The Japanese soldiers patrol the once prosperous Fo Shan, looking for Chinese men willing to fight in a staged tournament against the toughest Japanese masters. When Ip Man’s friend is brutally killed, he immediately joins the fight club in order to avenge the death of his buddy. Although Ip Man is far superior on a technical basis, it contains much of the symbolism and irony, chronicling the Chinese people’s oppression under Japanese occupation that was present in Bruce Lee’s Fist of Fury. Donnie Yen has appeared in over 55 films in a career spanning nearly 30 years, Ip Man is some of his most impressive work to date.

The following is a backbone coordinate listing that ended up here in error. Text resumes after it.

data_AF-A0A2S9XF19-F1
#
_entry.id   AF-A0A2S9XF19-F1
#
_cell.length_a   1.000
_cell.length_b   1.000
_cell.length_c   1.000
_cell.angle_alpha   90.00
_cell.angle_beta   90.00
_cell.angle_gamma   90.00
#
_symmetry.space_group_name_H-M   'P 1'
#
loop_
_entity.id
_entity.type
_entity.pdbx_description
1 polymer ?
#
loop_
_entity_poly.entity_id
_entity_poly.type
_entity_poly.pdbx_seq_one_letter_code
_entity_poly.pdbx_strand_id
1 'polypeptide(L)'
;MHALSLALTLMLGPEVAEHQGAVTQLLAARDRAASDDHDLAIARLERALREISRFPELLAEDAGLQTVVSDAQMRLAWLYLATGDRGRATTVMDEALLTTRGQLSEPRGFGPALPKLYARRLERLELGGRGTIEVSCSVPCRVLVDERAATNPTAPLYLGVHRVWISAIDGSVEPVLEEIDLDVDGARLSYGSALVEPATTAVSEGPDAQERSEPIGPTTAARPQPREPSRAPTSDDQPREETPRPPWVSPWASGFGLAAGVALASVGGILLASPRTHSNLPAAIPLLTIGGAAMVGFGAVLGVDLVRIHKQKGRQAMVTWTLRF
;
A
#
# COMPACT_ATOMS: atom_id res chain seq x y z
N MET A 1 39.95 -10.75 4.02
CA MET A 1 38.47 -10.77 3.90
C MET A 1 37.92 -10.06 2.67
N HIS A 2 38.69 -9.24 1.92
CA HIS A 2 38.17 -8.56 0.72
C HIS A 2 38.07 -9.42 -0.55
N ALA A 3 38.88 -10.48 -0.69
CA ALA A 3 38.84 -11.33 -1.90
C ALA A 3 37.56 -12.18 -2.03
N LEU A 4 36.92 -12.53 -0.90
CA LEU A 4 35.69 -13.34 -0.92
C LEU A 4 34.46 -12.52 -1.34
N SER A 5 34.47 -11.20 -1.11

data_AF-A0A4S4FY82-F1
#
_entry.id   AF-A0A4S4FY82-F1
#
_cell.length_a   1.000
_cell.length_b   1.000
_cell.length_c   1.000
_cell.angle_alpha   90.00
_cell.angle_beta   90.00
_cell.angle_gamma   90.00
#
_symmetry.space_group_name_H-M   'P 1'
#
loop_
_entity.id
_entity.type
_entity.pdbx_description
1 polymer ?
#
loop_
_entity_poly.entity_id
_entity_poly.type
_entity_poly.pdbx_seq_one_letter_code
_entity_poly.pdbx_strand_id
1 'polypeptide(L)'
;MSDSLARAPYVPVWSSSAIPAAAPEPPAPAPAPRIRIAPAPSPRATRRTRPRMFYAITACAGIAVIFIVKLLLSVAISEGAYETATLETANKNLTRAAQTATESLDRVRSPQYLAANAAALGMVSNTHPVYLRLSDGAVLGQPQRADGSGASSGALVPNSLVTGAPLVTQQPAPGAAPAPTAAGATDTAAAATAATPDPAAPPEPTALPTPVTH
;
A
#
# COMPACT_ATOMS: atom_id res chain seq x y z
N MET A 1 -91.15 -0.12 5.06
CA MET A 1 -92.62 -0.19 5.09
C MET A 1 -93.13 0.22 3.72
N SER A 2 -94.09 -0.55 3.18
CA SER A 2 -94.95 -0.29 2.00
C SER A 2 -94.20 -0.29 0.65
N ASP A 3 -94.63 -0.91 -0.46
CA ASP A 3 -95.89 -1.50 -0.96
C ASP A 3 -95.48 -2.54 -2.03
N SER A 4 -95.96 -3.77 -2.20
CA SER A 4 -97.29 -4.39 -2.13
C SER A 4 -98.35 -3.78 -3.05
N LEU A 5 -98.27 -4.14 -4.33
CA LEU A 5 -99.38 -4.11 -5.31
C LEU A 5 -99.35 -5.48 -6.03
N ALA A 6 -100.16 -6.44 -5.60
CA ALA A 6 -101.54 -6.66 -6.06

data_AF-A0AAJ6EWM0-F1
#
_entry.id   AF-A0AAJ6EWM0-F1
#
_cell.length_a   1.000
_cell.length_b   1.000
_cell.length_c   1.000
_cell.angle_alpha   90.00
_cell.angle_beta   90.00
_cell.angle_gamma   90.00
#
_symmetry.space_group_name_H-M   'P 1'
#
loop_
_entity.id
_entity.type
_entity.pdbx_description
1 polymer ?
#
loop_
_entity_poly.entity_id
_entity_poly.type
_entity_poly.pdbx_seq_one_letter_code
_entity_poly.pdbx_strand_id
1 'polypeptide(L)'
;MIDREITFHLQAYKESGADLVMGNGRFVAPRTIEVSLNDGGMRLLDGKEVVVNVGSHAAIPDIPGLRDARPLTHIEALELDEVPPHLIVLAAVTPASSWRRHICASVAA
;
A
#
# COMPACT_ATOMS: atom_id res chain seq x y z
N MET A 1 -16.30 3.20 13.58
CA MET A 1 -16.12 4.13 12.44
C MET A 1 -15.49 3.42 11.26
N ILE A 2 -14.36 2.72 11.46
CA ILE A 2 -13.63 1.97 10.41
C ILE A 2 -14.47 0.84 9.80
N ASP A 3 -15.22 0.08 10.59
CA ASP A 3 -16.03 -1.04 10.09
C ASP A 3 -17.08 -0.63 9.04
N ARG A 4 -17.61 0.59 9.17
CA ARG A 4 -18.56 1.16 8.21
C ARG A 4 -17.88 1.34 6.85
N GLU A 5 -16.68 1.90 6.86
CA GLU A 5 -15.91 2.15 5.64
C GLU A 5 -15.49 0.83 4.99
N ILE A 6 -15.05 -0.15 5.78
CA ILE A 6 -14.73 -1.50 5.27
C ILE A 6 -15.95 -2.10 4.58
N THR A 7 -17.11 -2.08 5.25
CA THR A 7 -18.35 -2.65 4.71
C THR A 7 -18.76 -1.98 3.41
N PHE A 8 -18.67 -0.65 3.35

If you consider yourself a fan of Jet Li, Jackie Chan, and of course Bruce Lee, than Ip Man is not to be missed. In fact you will probably want to see it more than once, a rare instant classic in the Asian martial arts movies sub-genre. A stirring film about a man that practices not only kung-fu but benevolence during a time when the Japanese army was abusing its military power. Heavy stuff, particularly for us westerners that have grown accustomed to action stars that crack jokes and one-liners as often as they bust skulls.
Director: Wilson Yip
Stars: Donnie Yen, Simon Yam, Siu-Wong Fan